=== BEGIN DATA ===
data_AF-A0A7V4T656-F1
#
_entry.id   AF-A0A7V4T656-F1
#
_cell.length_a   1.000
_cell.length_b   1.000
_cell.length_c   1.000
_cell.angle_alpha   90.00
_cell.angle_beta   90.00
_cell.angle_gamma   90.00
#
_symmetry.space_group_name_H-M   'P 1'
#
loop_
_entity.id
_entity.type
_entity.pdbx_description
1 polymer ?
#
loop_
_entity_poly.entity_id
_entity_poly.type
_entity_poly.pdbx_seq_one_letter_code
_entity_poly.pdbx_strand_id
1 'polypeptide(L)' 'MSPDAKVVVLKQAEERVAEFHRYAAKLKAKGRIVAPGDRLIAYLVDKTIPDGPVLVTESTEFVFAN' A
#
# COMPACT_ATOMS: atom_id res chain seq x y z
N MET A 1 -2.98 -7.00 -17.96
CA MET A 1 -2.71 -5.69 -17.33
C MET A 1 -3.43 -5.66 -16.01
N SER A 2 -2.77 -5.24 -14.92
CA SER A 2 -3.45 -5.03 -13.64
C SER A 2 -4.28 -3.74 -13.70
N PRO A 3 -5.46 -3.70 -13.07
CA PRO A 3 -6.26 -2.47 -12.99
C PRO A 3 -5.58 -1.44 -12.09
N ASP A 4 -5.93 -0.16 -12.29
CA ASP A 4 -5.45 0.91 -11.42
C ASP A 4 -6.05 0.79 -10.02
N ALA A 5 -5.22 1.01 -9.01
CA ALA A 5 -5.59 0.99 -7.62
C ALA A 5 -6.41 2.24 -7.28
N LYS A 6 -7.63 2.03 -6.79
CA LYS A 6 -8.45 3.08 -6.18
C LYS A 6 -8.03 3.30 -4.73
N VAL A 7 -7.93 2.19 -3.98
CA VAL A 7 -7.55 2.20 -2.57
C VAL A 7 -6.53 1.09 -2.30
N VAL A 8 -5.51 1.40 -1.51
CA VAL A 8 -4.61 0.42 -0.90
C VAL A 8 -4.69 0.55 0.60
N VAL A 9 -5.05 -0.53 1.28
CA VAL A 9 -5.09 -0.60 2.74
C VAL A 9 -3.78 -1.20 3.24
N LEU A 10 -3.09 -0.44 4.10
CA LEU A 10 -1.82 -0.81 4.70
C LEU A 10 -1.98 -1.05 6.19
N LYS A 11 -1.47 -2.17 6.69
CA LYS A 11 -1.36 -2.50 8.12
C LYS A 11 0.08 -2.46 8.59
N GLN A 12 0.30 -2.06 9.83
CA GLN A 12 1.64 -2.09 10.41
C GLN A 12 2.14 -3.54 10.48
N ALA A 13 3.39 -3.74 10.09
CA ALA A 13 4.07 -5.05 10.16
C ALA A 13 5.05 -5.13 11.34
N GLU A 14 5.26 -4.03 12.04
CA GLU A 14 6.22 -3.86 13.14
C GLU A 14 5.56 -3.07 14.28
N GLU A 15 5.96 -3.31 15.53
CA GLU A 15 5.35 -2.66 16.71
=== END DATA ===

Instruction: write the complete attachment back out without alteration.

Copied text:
data_AF-A0A7V4T656-F1
#
_entry.id   AF-A0A7V4T656-F1
#
_cell.length_a   1.000
_cell.length_b   1.000
_cell.length_c   1.000
_cell.angle_alpha   90.00
_cell.angle_beta   90.00
_cell.angle_gamma   90.00
#
_symmetry.space_group_name_H-M   'P 1'
#
loop_
_entity.id
_entity.type
_entity.pdbx_description
1 polymer ?
#
loop_
_entity_poly.entity_id
_entity_poly.type
_entity_poly.pdbx_seq_one_letter_code
_entity_poly.pdbx_strand_id
1 'polypeptide(L)' 'MSPDAKVVVLKQAEERVAEFHRYAAKLKAKGRIVAPGDRLIAYLVDKTIPDGPVLVTESTEFVFAN' A
#
# COMPACT_ATOMS: atom_id res chain seq x y z
N MET A 1 -2.98 -7.00 -17.96
CA MET A 1 -2.71 -5.69 -17.33
C MET A 1 -3.43 -5.66 -16.01
N SER A 2 -2.77 -5.24 -14.92
CA SER A 2 -3.45 -5.03 -13.64
C SER A 2 -4.28 -3.74 -13.70
N PRO A 3 -5.46 -3.70 -13.07
CA PRO A 3 -6.26 -2.47 -12.99
C PRO A 3 -5.58 -1.44 -12.09
N ASP A 4 -5.93 -0.16 -12.29
CA ASP A 4 -5.45 0.91 -11.42
C ASP A 4 -6.05 0.79 -10.02
N ALA A 5 -5.22 1.01 -9.01
CA ALA A 5 -5.59 0.99 -7.62
C ALA A 5 -6.41 2.24 -7.28
N LYS A 6 -7.63 2.03 -6.79
CA LYS A 6 -8.45 3.08 -6.18
C LYS A 6 -8.03 3.30 -4.73
N VAL A 7 -7.93 2.19 -3.98
CA VAL A 7 -7.55 2.20 -2.57
C VAL A 7 -6.53 1.09 -2.30
N VAL A 8 -5.51 1.40 -1.51
CA VAL A 8 -4.61 0.42 -0.90
C VAL A 8 -4.69 0.55 0.60
N VAL A 9 -5.05 -0.53 1.28
CA VAL A 9 -5.09 -0.60 2.74
C VAL A 9 -3.78 -1.20 3.24
N LEU A 10 -3.09 -0.44 4.10
CA LEU A 10 -1.82 -0.81 4.70
C LEU A 10 -1.98 -1.05 6.19
N LYS A 11 -1.47 -2.17 6.69
CA LYS A 11 -1.36 -2.50 8.12
C LYS A 11 0.08 -2.46 8.59
N GLN A 12 0.30 -2.06 9.83
CA GLN A 12 1.64 -2.09 10.41
C GLN A 12 2.14 -3.54 10.48
N ALA A 13 3.39 -3.74 10.09
CA ALA A 13 4.07 -5.05 10.16
C ALA A 13 5.05 -5.13 11.34
N GLU A 14 5.26 -4.03 12.04
CA GLU A 14 6.22 -3.86 13.14
C GLU A 14 5.56 -3.07 14.28
N GLU A 15 5.96 -3.31 15.53
CA GLU A 15 5.35 -2.66 16.71